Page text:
When Catherine Stone began studying nursing at Mater Hospital Sydney at 17 years of age, she was breaking the mould in her family of teachers.
She lived in the nurse’s quarters at Mater, undertaking six weeks of classroom training before starting on the wards and graduating in 1970.
“We had good fun! My mother said to me before I left home, you can go to Mater to study because I know the nuns will keep you in line,”
said Cath, as she is commonly known.
After finding her feet as a graduate, Cath moved to St Margaret’s Hospital Sydney to study maternity nursing, before moving on again to Melbourne.
“I had hoped I would find a job in maternity in Melbourne, but I was asked to go into coronary care instead,” she said.
“At the time, coronary care was just getting started. There were few interventions and medicines we could provide for patients, unlike we have today. Patients were in hospital a long time in those days, and
they were often very unwell.”
With a young family, Cath and her husband eventually relocated to Brisbane.
“I called around to all of the hospitals in Brisbane looking for work. Finally, I called Miss Banff, Matron of The Wesley Hospital, and told her I was trained in coronary care nursing. She said, you can come in for an interview this afternoon!”
“I started work at the Wesley very soon after that and on my first shift in Ward 5A surgical ward, I ran into an old friend named Marg. We had trained together in Sydney.”
Together, Cath and Marg moved around to different wards, including to the Intensive Care Unit, and remain very good friends to this day.
“Soon after, the Wesley opened its first dedicated coronary care unit with six beds. It was at that time we started providing interventional care,” Cath said.
“I loved cardiac nursing, the people I worked with and the patients we cared for. We cared for patients from right across the state who would be brought in to us by the Royal Flying Doctors Service.”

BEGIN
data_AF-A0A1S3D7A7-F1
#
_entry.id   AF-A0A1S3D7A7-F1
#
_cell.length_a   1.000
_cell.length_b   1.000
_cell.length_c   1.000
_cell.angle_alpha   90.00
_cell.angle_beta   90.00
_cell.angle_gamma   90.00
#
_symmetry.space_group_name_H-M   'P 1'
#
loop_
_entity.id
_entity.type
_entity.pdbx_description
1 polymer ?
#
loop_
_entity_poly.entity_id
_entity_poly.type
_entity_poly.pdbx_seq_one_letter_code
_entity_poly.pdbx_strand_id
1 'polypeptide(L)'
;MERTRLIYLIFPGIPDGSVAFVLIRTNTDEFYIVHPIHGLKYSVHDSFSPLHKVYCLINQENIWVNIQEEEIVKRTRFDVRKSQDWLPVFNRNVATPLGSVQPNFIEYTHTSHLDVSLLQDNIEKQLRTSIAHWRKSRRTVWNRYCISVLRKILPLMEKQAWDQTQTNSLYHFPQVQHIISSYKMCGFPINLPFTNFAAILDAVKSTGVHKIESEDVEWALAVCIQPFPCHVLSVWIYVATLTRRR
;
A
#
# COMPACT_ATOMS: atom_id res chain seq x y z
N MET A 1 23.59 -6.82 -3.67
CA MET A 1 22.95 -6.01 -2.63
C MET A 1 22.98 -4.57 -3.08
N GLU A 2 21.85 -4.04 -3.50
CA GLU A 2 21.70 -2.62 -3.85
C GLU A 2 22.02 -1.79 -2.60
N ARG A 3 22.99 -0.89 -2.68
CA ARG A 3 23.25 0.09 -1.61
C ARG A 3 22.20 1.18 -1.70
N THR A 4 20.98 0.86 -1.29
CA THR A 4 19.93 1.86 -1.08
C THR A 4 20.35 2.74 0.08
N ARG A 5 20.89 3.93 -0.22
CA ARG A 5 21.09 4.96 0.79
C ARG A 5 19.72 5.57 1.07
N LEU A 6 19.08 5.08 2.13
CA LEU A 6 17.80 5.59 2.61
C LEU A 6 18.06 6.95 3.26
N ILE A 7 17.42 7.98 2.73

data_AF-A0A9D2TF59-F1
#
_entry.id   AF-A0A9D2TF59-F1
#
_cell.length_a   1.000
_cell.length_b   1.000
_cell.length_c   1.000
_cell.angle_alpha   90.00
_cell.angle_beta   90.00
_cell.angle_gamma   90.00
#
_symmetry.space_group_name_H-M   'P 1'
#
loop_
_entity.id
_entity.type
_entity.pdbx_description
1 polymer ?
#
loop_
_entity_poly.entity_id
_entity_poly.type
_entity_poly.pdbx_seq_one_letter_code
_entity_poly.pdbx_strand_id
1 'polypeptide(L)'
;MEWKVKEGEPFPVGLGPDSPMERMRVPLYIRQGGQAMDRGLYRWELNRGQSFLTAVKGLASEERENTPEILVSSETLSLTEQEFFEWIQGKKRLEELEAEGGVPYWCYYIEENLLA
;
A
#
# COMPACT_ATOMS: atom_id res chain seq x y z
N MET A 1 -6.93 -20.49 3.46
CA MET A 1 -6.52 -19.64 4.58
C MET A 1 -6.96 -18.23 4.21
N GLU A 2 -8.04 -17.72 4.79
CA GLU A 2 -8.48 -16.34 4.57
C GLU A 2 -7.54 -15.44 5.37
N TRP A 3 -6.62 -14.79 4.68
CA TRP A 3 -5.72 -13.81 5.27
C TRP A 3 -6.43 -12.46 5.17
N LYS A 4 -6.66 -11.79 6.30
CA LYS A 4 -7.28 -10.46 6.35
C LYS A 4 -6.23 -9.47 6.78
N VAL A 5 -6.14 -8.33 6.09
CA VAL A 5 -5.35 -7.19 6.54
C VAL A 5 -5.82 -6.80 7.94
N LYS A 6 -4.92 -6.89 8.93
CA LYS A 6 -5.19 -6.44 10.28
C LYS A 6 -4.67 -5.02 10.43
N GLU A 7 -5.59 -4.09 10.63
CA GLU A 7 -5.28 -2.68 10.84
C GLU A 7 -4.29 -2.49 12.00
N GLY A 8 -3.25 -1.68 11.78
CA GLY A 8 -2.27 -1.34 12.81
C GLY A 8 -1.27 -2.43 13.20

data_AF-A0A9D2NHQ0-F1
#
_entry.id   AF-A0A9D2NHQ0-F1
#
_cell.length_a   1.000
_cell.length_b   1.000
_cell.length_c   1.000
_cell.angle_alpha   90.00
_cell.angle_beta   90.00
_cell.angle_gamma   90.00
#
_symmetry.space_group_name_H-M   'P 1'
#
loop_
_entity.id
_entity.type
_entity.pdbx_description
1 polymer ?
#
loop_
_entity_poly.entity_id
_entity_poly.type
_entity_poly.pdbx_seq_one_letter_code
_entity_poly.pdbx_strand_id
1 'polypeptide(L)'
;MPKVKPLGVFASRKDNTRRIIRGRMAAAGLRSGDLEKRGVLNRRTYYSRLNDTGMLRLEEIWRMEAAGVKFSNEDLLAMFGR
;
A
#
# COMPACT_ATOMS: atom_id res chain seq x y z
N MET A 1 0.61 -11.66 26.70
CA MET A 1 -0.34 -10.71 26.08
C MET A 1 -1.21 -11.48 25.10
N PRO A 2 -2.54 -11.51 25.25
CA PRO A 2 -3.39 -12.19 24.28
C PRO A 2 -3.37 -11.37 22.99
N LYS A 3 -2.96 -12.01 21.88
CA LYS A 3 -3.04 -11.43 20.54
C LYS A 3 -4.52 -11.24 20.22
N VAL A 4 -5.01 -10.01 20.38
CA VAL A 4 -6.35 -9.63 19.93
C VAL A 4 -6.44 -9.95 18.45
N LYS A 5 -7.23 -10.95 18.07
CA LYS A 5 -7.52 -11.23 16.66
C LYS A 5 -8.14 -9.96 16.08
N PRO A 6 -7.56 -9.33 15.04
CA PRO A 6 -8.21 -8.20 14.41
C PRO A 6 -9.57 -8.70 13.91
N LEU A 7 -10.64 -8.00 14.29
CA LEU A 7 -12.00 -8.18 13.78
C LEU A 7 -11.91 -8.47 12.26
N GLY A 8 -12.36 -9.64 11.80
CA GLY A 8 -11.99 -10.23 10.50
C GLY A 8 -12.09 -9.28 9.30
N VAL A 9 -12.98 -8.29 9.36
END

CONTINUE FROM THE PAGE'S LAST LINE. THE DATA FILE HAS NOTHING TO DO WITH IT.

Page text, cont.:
Cath went on to become Clinical Nurse Manager of coronary care, sharing the role with long-term colleague Rosie White.
“Becoming a manager was a learning curve! We had a good team of nurses on the ward and I enjoyed the business exposure I had in that role. It was fabulous.”
“The cardiologists we worked with were so supportive and I got great joy from watching our team grow. There were so many wonderful opportunities for professional development for anyone who wanted to be there.”
In 2001, Cath decided it was time to retire. She took all of her long service and annual leave with plans to embark on the next chapter of her life at the end.
“I was coming to the end of my leave and the Director of Nursing at the time, Ron Patterson, called me and said do you want to come back? He offered me some casual shifts as hospital nurse manager and in the bookings department,” she said.
“I continued to do that casually for a while before the Director of Nursing called again and said, I’ve got a job offer you can’t refuse!”
And she couldn’t! For the next 10 years, Cath managed all feedback received by the hospital in the Quality and Safety Unit.
“At the end of my career, I have no regrets. This role has been so fulfilling. We investigate, we interact with patients and their families and we achieve good outcomes.”
“Someone has taken the time to share their experience with us and that provides an opportunity for us to always be improving.”
Reflecting on almost four decades of being part of the Wesley community, it was the people who Cath remembers most fondly.
“The very best thing has been the people I’ve met and the care we’ve provided,” she said.
“For 16 years while raising my family, I worked night duty. The hospital was a family friendly place and we all looked after each other. We had really good times!
“I am grateful to the Wesley. It has provided me with so many opportunities, things I could never have expected as a young nurse starting out. I certainly couldn’t have dreamt of a pandemic!”